Starfish, Hello! I'm thrilled for you that you seem to have, at age 82, no symptoms attributed to your 4/4 result! I, at age 49, was taken by surprise by my own 4/4 result. You give me hope. My mother, 79, was diagnosed with Parkinson's 5 years ago. I had purchased the 23andMe test kit for both my mother and myself because I wanted to know if she (or I) had the gene that predisposes a person to develop Parkinson's. We do not. I have no family history of dementia or AD. However, my immediate family is small, as I am an only child and only grandchild on both sides. The shocker was that my 23andMe results revealed two copies of the ApoE4 gene. I was not aware at the time of the great risk factor associated with 2 copies (I've heard 12 times the chance, or 91% chance at age 68) and I am devastated. You are brilliantly lucky and strong, I assume! Have doctors attempted to uncover some protective factor in your genetics or lifestyle that have prevented this disease? I have three kids who need me. My husband has Fabry disease and now my mother is showing rapidly increasing dementia. The golden lining of this scenario is that my husband does NOT carry the ApoE4 gene, so I know my children have only inherited one copy... from me. My own result, of course, informs me that each of my parents carry at least one copy. My mother could very well have Parkinson's AND Alzhiemers. People like me are PERFECT for preventative studies. How do you arrest the development before clinical signs manifest? I have contacted MIT to see if their cutting-edge flashing light study is possible. Alas, the answer is no.... I'm too darn young! I have always been very physically active, but I am so fearful of losing my mind that I am legally planning my own Death with Dignity with a lawyer so my friends and children can remember their vivacious, dancing, lovely, blonde mom and not the woman that 4/4 can eclipse and morph into a shuffling husk. I can't get on with the fun of living with this 4/4 meteor on its way for me.

mike
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Re: Newbie needs advice- MIT light study? Preventative Study for 4/4s who are still young

Postby mike » Fri Feb 15, 2019 11:42 am

Lili wrote:I was not aware at the time of the great risk factor associated with 2 copies (I've heard 12 times the chance, or 91% chance at age 68) and I am devastated.

Lili, from an other 4/4, the odds are not that high - I've seen 50% lifetime (or by 85) chance if you are 4/4, and that does not account for lifestyle changes. You are still young, and there is lots of time. Take time to breath and to learn. There is much you can do to lower the odds of getting AD. I would start by looking at the Primer: viewtopic.php?f=33&t=1418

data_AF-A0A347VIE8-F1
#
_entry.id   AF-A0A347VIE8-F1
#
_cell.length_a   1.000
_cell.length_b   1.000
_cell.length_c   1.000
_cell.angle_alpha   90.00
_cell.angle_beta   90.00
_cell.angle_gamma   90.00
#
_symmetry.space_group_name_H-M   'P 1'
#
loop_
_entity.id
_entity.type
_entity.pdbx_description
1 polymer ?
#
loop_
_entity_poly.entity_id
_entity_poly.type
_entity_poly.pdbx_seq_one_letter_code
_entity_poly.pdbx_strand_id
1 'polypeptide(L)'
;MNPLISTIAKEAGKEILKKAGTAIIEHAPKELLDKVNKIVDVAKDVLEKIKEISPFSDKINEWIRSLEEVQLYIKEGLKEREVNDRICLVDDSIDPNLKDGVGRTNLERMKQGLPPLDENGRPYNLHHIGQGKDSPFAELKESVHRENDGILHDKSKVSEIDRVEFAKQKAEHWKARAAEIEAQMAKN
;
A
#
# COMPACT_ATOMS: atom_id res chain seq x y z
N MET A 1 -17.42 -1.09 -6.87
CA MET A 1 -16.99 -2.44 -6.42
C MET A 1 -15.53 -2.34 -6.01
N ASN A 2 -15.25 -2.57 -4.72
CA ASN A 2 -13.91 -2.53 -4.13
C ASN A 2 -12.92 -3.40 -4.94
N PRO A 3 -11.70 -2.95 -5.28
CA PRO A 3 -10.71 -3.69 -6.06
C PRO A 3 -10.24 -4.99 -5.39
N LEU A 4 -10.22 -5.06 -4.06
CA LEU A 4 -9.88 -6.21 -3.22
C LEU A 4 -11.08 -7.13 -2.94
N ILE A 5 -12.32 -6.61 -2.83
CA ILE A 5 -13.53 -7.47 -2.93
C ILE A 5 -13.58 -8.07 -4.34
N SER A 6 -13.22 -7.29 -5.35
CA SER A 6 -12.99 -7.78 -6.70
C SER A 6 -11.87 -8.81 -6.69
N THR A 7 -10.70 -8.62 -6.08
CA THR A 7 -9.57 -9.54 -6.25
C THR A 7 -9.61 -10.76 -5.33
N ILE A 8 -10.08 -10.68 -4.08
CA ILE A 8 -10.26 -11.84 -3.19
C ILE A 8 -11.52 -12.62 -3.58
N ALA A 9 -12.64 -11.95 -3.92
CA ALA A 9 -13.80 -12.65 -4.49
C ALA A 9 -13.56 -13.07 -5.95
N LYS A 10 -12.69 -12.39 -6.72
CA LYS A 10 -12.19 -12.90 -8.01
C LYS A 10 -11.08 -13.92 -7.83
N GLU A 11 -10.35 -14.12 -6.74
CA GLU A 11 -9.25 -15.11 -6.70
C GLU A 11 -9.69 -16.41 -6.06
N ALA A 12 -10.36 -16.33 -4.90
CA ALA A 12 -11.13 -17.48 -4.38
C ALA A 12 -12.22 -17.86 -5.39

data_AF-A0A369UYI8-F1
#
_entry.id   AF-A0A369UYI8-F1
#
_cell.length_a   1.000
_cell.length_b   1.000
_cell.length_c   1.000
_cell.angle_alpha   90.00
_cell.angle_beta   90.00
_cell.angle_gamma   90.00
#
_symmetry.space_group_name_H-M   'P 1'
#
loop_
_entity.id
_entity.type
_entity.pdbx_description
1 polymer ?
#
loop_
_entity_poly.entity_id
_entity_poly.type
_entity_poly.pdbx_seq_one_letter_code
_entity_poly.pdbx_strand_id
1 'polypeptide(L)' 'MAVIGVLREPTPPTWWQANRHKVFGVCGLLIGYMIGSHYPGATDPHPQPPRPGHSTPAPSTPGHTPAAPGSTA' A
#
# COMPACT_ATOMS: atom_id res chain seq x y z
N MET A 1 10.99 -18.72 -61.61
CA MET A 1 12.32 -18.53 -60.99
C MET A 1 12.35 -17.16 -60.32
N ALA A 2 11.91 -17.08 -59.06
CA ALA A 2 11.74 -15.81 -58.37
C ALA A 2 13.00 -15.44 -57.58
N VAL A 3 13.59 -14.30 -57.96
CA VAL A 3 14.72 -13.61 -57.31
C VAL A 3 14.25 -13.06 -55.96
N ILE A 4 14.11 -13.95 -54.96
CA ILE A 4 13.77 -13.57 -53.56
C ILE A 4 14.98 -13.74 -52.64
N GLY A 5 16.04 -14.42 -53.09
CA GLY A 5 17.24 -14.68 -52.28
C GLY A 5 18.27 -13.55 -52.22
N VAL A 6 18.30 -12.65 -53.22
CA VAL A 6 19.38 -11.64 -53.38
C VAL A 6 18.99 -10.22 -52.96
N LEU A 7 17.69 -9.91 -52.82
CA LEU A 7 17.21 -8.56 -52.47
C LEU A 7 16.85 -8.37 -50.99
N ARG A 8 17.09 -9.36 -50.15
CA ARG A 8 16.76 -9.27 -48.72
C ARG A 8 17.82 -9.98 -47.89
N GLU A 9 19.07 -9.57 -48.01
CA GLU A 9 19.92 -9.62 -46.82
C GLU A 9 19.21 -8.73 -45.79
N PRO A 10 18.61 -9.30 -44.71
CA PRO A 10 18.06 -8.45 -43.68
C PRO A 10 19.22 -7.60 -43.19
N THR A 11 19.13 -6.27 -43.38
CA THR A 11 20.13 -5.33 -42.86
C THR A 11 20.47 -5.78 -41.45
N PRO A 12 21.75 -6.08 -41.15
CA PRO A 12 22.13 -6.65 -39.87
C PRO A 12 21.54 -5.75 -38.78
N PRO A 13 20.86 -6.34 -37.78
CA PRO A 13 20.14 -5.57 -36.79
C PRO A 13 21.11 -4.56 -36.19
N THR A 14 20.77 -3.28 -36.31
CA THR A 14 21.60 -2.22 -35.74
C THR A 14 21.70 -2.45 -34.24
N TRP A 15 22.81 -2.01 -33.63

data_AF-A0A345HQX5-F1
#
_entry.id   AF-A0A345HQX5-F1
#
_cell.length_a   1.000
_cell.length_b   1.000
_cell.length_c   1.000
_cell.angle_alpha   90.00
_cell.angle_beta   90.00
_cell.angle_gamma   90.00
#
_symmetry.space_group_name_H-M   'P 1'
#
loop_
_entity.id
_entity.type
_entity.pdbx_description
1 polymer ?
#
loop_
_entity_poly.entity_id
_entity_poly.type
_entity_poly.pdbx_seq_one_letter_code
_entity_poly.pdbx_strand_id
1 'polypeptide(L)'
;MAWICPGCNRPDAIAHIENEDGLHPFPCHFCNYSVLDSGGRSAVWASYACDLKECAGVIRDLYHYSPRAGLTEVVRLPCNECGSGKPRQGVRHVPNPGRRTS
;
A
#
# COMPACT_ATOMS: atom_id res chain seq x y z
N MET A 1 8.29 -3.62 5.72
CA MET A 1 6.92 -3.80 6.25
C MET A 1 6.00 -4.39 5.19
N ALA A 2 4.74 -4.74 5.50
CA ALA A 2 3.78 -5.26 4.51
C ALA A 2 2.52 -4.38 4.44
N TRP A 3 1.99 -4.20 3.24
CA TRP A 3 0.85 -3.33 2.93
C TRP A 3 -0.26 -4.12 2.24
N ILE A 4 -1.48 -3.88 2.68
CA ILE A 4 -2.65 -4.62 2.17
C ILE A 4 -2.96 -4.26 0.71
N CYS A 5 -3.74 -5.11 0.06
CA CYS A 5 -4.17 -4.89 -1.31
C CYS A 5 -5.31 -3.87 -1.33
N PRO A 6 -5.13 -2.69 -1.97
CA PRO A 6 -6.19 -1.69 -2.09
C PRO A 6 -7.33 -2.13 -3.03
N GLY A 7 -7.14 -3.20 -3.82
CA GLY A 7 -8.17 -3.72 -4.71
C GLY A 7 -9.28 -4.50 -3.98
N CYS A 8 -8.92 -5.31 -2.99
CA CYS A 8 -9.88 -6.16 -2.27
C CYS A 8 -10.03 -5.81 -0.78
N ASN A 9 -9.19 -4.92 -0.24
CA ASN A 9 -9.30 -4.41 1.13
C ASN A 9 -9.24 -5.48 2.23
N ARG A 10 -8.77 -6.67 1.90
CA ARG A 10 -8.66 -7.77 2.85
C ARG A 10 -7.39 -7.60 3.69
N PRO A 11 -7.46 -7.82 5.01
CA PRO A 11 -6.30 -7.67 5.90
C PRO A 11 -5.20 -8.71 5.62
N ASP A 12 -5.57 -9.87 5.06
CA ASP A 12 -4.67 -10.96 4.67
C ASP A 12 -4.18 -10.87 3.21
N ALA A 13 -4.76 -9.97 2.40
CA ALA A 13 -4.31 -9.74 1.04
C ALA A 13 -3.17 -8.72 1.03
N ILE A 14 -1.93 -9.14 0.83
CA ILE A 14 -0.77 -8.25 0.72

Sonoma Mike
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fxmedcoach
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Re: Newbie needs advice

Postby fxmedcoach » Fri Feb 15, 2019 12:20 pm

Lili we need to give you back your "fun of living"! Remember "genes load the gun, our environment pulls the trigger." What that means is just because we have a specific gene (for instance 4/4) doesn't mean we will develop conditions related to that gene. Our environment "dirties" the genes and this is what contributes to them "firing." If we address our environment and clean it up we can often times keep this from happening. As Mike mentioned be sure to look at the Primer, it has lots of good information to help you get started.

For clarification, when we say "environment" we are referring to diet (focusing on whole foods, non-processed diet), exercise (moving a minimum of 15 minutes/week), stress management (identifying where we have stress -- work, relationships, etc. and then finding ways to manage that stress), toxin exposure on the body (think personal care products/makeup, plastic in the kitchen, cleaning products, etc.), sleep (getting a good nights sleep and waking feeling rested), etc. Don't feel like you have to do it all at once. You can choose one small area, and begin to make changes there and once complete move on to the next small area. Some areas overlap. Before you know it you will find that you've worked your way through them all and are well on your way to keeping your genes in check.

So many have shared their experiences on this forum, that I know you'll find learn from their experiences. If you have any specific questions, don't hesitate to ask. Welcome to the ApoE4 community, you will find much information, support and hope here!
Deborrah Cisneros
RN, FMCHC, NBC-HC, CGP

Lili
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Re: Newbie needs advice

Postby Lili » Fri Feb 15, 2019 4:41 pm

Hi Mike and fxmedcoach, Thank you for your replies. It's the first time I have been able to express myself freely about this in a long time. This site, your insight, research and advice is valuable to hundreds and I am thankful to be a part of it!!

Reading the primer now...

mike
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Re: Newbie needs advice

Postby mike » Sun Feb 17, 2019 12:56 pm

Lili wrote:Hi Mike and fxmedcoach, Thank you for your replies. It's the first time I have been able to express myself freely about this in a long time. This site, your insight, research and advice is valuable to hundreds and I am thankful to be a part of it!!

Reading the primer now...

You mentioned that you've been active, and that is great. Exercise is probably THE best preventative measure.
Sonoma Mike